Commuters are being urged to step in if they see vulnerable people near railway tracks, as part of a campaign to prevent suicide.
Network Rail, British Transport Police and train operators have launched the campaign in partnership with the Samaritans - the "listening" charity.
He told Sky News: "More and more we are dealing with mental health issues and people who are trying to take their own life".
"The more that people understand that suicide is preventable, the better".
Although more than 16,000 station staff and BTP officers have already been trained by Samaritans to be be alert for ominous behaviour, such as someone staying at the end of a platform for no apparent reason, the new campaign involves passengers for the first time as well.
"Further research showed the majority are willing to act, but many wanted guidance on how to help, and reassurance they wouldn't 'make things worse". "Just stopping to talk to someone for a few minutes can make a huge difference and can help to save a life".
Small Talk Saves Lives has been developed after research showed passengers have a key role to play in suicide prevention.
The hope is that by appealing to members of the public, the number of life-saving interventions being made across Britain will increase further. An even higher number, almost nine out of 10 thought a person in need of support would find it hard to ask for help.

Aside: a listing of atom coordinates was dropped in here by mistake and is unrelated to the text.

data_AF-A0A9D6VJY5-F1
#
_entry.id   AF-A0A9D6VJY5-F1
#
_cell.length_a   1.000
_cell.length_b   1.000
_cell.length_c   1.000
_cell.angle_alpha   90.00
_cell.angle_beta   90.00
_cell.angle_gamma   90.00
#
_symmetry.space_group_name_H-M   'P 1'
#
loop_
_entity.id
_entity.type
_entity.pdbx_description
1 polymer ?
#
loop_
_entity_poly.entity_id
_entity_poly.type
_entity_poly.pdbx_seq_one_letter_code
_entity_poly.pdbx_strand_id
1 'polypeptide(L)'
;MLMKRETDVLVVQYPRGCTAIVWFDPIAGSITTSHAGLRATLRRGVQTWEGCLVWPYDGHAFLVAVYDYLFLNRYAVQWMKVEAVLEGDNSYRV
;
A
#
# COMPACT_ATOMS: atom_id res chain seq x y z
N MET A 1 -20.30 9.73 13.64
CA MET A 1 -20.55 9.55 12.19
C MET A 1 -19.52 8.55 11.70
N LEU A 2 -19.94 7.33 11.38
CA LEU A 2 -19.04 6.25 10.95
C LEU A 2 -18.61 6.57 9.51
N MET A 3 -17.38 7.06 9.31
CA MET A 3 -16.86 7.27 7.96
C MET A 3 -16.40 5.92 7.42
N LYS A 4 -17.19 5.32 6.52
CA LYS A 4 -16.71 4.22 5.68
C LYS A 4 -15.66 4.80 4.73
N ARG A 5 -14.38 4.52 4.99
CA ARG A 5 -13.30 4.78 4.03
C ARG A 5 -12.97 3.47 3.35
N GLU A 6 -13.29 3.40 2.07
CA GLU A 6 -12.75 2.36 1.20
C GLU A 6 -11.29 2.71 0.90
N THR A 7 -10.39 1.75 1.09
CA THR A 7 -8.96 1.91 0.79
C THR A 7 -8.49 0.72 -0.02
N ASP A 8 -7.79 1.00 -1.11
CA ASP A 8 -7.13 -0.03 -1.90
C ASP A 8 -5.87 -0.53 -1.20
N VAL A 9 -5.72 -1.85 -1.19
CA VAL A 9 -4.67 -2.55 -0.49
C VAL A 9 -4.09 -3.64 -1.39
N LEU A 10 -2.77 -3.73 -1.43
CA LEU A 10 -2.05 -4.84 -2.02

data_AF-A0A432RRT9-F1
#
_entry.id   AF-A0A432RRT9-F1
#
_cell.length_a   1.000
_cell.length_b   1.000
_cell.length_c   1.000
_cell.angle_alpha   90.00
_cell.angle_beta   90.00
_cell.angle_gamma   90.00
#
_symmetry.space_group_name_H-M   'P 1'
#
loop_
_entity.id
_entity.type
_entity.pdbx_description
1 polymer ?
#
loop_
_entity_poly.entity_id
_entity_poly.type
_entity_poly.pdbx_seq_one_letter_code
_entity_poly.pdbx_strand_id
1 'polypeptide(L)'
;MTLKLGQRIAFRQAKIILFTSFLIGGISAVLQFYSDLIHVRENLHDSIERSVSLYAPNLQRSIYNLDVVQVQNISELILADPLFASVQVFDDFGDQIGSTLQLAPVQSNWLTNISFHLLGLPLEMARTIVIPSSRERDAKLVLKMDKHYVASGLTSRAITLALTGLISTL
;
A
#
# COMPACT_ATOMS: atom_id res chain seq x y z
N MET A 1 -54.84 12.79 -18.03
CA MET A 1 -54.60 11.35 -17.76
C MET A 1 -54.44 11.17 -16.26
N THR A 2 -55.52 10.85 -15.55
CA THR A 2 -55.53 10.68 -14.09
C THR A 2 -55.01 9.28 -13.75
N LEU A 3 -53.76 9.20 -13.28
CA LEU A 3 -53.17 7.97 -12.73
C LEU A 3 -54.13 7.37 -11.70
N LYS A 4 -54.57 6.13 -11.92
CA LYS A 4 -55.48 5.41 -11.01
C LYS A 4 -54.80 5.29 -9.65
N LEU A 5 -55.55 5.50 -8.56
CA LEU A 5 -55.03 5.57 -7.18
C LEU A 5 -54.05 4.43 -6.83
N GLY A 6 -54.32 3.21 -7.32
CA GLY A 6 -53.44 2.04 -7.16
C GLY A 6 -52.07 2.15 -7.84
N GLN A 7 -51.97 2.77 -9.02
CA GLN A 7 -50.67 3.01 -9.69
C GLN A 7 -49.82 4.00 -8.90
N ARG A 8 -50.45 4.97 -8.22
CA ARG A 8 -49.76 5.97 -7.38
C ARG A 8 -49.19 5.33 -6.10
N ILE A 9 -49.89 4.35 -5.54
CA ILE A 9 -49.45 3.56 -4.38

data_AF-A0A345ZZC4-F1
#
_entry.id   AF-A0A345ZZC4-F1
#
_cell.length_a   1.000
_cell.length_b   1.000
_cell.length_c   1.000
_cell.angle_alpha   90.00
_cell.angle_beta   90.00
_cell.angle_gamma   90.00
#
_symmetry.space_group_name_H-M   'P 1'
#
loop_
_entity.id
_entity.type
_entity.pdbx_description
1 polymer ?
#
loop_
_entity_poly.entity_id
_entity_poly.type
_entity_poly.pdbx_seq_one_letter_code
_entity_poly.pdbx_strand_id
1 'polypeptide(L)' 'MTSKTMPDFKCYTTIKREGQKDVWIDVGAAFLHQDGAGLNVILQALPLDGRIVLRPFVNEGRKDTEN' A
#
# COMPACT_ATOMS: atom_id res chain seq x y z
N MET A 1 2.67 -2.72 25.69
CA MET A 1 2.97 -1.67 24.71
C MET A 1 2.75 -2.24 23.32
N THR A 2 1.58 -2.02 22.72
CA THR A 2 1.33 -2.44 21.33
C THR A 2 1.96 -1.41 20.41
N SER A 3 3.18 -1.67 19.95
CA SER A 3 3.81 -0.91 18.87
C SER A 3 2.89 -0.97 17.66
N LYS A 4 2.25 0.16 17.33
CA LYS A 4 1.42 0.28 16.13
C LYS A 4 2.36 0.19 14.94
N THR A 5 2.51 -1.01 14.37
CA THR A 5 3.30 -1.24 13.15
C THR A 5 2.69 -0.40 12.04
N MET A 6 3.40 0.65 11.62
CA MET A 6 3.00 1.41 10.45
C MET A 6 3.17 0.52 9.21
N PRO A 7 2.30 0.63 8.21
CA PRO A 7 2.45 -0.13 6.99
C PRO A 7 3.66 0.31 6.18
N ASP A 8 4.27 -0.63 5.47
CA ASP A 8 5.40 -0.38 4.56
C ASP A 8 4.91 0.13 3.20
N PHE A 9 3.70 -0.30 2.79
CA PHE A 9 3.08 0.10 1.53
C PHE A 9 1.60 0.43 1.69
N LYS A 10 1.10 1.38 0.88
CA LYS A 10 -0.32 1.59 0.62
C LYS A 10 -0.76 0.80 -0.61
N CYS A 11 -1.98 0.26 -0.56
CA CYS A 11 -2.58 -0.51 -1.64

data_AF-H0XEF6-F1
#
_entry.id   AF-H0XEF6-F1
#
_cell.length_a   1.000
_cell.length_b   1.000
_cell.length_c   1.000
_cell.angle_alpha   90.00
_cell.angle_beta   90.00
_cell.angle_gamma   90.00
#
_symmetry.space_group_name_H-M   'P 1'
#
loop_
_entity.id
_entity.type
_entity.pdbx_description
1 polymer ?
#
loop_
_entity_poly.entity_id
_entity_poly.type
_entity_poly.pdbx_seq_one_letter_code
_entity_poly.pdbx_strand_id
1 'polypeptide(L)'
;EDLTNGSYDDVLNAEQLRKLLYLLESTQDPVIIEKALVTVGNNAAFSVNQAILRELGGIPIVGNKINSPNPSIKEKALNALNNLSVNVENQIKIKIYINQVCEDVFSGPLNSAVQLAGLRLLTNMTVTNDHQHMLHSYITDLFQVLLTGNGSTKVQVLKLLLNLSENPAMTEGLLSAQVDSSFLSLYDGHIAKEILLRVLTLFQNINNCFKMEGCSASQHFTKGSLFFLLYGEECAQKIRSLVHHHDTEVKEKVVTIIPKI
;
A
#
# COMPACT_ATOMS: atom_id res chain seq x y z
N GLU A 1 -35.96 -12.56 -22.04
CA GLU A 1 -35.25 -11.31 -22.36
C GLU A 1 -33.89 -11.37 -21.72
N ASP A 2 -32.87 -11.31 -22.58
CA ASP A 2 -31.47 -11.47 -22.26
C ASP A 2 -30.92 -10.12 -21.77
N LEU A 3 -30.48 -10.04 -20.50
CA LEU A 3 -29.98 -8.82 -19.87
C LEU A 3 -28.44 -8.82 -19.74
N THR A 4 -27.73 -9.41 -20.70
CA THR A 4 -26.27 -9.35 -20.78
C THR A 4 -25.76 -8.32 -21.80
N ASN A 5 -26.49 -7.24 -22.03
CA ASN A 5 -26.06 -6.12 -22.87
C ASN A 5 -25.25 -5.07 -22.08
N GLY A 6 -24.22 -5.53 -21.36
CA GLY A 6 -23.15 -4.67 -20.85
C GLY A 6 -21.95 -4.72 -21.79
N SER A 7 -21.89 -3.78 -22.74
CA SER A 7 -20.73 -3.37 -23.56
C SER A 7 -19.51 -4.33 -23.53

While there is no single sign or combination of behaviours that mean a person is suicidal, the advice to the public is that if something doesn't feel right - act. Different courses of action are suggested, depending on the situation and the response. If they do not have the confidence to approach them, they are encouraged to speak to a member of staff.
Ian Stevens from Network Rail, who manages the suicide prevention programme on behalf of the rail industry, said: "Given that almost five million journeys are made by train every day, we are asking for passengers to work alongside our staff as the eyes and ears of the railway, helping us to keep everybody safe".
"Suicide is everybody's business and any one of us could have an opportunity to save a life", said Ruth Sutherland, chief executive of the Samaritans.
"If it were your loved one, a daughter or son, husband or wife who was going through an emotional crisis, wouldn't you hope that somebody took the time to stop and ask if they were OK? Even if in doubt, you can always report concerns to a member of staff or a police officer, but please act if your instinct is telling you that something is wrong".
There's some data behind the claim, too; a survey of 5,000 people found that 83 per cent of those asked said they would intervene and try to help someone or at least talk to them if it looked like they were about to bung themselves under a train.